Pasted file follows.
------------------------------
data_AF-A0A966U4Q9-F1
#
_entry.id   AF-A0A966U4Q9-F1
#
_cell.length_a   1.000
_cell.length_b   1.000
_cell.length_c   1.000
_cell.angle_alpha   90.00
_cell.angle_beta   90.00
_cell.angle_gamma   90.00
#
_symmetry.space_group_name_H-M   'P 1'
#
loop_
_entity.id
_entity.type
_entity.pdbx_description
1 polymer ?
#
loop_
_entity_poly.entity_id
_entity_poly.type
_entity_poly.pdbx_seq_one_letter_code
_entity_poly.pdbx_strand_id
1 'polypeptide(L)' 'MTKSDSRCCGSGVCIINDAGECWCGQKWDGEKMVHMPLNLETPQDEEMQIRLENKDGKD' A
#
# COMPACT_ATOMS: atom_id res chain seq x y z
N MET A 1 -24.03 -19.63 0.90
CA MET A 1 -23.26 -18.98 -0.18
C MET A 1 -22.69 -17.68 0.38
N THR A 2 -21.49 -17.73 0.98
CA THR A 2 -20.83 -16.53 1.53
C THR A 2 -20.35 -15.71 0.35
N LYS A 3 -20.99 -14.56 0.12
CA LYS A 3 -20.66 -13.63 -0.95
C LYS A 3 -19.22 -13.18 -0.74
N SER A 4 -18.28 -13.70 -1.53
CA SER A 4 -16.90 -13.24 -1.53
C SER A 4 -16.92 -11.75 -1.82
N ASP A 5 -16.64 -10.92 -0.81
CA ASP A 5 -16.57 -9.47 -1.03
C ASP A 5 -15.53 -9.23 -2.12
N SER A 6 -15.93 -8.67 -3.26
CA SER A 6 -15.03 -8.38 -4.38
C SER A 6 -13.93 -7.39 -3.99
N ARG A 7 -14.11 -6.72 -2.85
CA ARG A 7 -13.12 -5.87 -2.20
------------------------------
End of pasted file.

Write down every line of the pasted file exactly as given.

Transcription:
data_AF-A0A966U4Q9-F1
#
_entry.id   AF-A0A966U4Q9-F1
#
_cell.length_a   1.000
_cell.length_b   1.000
_cell.length_c   1.000
_cell.angle_alpha   90.00
_cell.angle_beta   90.00
_cell.angle_gamma   90.00
#
_symmetry.space_group_name_H-M   'P 1'
#
loop_
_entity.id
_entity.type
_entity.pdbx_description
1 polymer ?
#
loop_
_entity_poly.entity_id
_entity_poly.type
_entity_poly.pdbx_seq_one_letter_code
_entity_poly.pdbx_strand_id
1 'polypeptide(L)' 'MTKSDSRCCGSGVCIINDAGECWCGQKWDGEKMVHMPLNLETPQDEEMQIRLENKDGKD' A
#
# COMPACT_ATOMS: atom_id res chain seq x y z
N MET A 1 -24.03 -19.63 0.90
CA MET A 1 -23.26 -18.98 -0.18
C MET A 1 -22.69 -17.68 0.38
N THR A 2 -21.49 -17.73 0.98
CA THR A 2 -20.83 -16.53 1.53
C THR A 2 -20.35 -15.71 0.35
N LYS A 3 -20.99 -14.56 0.12
CA LYS A 3 -20.66 -13.63 -0.95
C LYS A 3 -19.22 -13.18 -0.74
N SER A 4 -18.28 -13.70 -1.53
CA SER A 4 -16.90 -13.24 -1.53
C SER A 4 -16.92 -11.75 -1.82
N ASP A 5 -16.64 -10.92 -0.81
CA ASP A 5 -16.57 -9.47 -1.03
C ASP A 5 -15.53 -9.23 -2.12
N SER A 6 -15.93 -8.67 -3.26
CA SER A 6 -15.03 -8.38 -4.38
C SER A 6 -13.93 -7.39 -3.99
N ARG A 7 -14.11 -6.72 -2.85
CA ARG A 7 -13.12 -5.87 -2.20